he had the coolest walkin refrigerator on hot days............did you know we used to rollerskate at the Alpine rec center in the old days...

sorry,........that I did not frequent the Kim Sing.............but I went to Lung Kong for the Chinese operas and the annual dinners for the whole clan.

From W.L.:

I remember the sticky floors, Chinese beef jerky, the moist and dried plums we'd eat like candy and orange soda for some reason...but that includes the other Chinese theaters we frequented as kids. The one just off Sunset and Spring St and the one off N. Broadway and Cottage Home St.

From H.L.N.:

Reading your blog on Kim Sing Theater brings back lots and lots of old memories. Yes, in the 60's, my parents did their weekly Chinese grocery shopping on the weekends. It went something like this: Saturday, dinner in either Yee Mee Low, Phoenix Restaurant, or that other place I can't remember. They were all near Philipe's Sandwich, there was a roast duck and pork place on that particular street. I bet your mom knows!! I even remember YOU working in Chinatown. Before Dad passed, he and I went into that place you used to work. We had coffee and a pastry. And I remembered you!

Dinner and a movie. The movies were a choice of Kim Sing, or used to be two others too. Near Philipe's also. And another where Empress Pavilion is now. Do you remember Yee Sing Chong Market? My Mom's old family Dr. Samuel Yen Eng.

Sunday: grocery shopping, movie and dinner. I remember Kim Sing, because Anna and I would also wander the lobby because we could not sit still. I remember starring at the movie posters, thinking it's an entire World in there. In those days, it was always a double feature.

Did you get to know the owner's daughters? One was May-may and geez, can't remember the older sister. Anyway, we used to wander around to the camera room. I'll never forget the paint on the walls was thick and I used to wonder why. Now, I think it's because they just kept it fresh looking. Yes, it must've been an old building. I remember like four openings above the first row of chairs as you enter the seating area. Bathrooms were on the left wall and pay phones with the folding doors beyond that. Past the four openings, was the doorway to the other side of the seating.

On occasion, Anna and I would explore the neighbor business. It was a Mexican market. When I smell peppers and some kinds of tortillas cooking, it brings my memories back to that market. It was always dark in there for some there was only one light bulb illuminating the entire market. In reality, it was probably the size of a 7-11 is now. When you're young and little, even small spaces seem larger in your memory.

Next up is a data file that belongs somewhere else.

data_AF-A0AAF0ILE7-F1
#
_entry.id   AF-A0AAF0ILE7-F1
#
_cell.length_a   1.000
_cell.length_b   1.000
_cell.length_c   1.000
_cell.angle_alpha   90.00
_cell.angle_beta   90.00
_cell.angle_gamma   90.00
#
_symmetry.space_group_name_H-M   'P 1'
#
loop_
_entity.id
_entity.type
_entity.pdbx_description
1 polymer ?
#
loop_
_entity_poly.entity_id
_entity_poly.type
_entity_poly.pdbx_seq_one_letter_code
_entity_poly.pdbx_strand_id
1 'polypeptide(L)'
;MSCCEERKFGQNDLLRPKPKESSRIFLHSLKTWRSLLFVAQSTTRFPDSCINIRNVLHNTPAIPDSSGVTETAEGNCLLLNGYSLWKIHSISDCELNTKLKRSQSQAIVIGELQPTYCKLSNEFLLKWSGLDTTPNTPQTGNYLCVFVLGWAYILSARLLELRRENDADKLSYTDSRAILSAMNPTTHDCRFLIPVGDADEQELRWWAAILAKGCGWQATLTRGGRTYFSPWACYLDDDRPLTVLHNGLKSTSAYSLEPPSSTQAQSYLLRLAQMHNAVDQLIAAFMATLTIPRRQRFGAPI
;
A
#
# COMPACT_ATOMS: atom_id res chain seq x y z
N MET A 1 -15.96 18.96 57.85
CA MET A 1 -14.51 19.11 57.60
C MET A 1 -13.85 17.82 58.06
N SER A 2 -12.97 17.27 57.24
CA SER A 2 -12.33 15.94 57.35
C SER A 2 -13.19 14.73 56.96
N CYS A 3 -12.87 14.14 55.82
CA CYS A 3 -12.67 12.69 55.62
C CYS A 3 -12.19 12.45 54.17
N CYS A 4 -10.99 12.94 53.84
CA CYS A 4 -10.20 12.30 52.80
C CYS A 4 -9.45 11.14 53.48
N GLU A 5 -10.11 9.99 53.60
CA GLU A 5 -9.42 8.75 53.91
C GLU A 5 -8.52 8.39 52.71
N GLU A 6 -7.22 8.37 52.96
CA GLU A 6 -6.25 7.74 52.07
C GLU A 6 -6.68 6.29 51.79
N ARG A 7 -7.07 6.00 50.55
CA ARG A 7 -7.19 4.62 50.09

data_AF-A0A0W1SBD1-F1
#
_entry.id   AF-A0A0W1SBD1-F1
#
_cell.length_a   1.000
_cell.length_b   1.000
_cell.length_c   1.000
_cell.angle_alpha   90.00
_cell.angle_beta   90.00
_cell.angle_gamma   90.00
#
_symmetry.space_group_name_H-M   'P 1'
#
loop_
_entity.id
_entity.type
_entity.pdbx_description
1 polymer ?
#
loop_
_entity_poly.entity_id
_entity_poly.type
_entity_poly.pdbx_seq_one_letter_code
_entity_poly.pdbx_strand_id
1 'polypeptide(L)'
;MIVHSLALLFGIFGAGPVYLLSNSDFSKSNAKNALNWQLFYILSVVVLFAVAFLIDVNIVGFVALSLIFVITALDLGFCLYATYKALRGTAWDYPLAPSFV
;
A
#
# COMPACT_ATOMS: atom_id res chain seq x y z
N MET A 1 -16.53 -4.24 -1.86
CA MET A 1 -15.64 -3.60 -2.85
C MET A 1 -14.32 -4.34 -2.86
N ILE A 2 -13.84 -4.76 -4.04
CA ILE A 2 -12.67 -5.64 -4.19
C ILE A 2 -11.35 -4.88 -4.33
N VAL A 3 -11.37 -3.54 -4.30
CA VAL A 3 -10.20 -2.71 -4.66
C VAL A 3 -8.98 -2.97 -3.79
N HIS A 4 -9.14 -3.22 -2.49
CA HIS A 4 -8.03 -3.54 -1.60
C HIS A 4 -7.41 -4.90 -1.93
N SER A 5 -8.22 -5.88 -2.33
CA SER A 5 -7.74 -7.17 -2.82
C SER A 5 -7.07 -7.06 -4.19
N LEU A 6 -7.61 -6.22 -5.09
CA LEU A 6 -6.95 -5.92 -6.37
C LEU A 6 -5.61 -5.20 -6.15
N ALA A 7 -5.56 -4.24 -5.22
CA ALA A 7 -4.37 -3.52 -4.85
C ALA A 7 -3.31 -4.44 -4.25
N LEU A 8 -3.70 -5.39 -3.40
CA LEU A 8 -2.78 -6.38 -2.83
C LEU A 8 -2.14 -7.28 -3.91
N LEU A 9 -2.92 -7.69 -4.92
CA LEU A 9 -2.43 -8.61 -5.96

Lots of times, I would go with my Dad to see American movies. Mom and Anna usually went the Chinese route. But have ya considered the theater houses in downtown too? I remember seeing Bonnie and Clyde, The Cyclops, Sinbad, and One Million Years B.C. (with Raquel Welch) and many, many others. I used to love when that velvet curtain came down at the end of the show. Dad used to buy Milk Duds for me and let me hide under his coat when there were scary movies. I loved it.
From C.O.:
What a surprise to get this email... My sister, another friend and I used to go see martial arts movies at Kim Sing all the time in the 70s and 80s. Starting with the kung fu movies which vilified the Manchus and fought with patriotic fighters often trained by Shaolin Temple monks to sword-fighting movies that were more romanticized (like Sentimental Swordsmen), we saw a heck of a lot of movies during those days. Crouching Tiger, Hidden Dragon brought back a lot of memories for us—the effects and photography were just a lot nicer and better.

Kim Sing was an outlet for the Shaw Brothers production company movies. Less popular for us were the ones by Golden Harvest shown at the theater just west of Broadway on the northern end of Chinatown. Sing Lee on Spring Street was okay but mostly played modern themed movies but once in a while came out with a good martial arts movie.

When my sister and I actually took kung fu lessons, it wasn’t uncommon to go and see other class members at Kim Sing. At the time, Chinese martial arts movies were popular among high school and college students--I recall seeing former UCLA and NBA basketball player Kiki Vandeweghe there with friends while he was a student.

We’d sometimes sit and watch 2 showings of the films—talk about a long afternoon at the movies... It was great when 2 good movies were paired together. Often it was a martial arts period film and then a modern movie.

We had our favorite actors and knew some of their background. Some were actual participants in the Asian martial arts competitions (Chen Kuan Tai was a champion in 1969) and a few came up through the ranks of studio sponsored classes.

Some other favorites: Fu Sheng, Ti Lung, can’t remember other names who played supporting roles or villains but will recognize faces ... Some of the names of fighting styles were interesting: drunken monkey, white eyebrow (!)

Below is a response I received September 11, 2010 from D.Y., for whom the theater had a profound impact on life growing up nearby:

Going to see the Chinese movies at Kim Sing Theater was the only entertainment my family had while I was growing up in LA Chinatown in the 1960’s. We lived on Alpine Street at Yale Street, near South China Bakery (you must remember their almond cookies which were the best in my humble opinion.)  Every Sunday afternoon, after all housework and homework were done, my mom, my two younger sisters, and I would walk up Alpine to Kim Sing to catch the 2:30 (or was it 2:00?) afternoon show. Our friends, the Chengs who lived on Hill Place would wait for us at the steps of the Croatian Church on Grand Avenue so that we could go to movies together. My mom would pay the 75 cents adult ticket while we three kids got in free. There was an understanding between the theater owner and its patrons that kids were to make purchases at the snack counter to make up for the free admissions. I would get a bottle of Orange Crush soda, while my sisters would get either 7 Up or Coca Cola and we usually got the salted shredded red ginger strips and the salted dried plums or maybe some MM’s (no popcorn here). My mom would sometimes bring dried water melon seeds to crack and snack on as did the other movie goers. That theater floor must have been a mess by closing time!  It was always a double feature so we wouldn’t leave the theater after 6 pm to go home for dinner.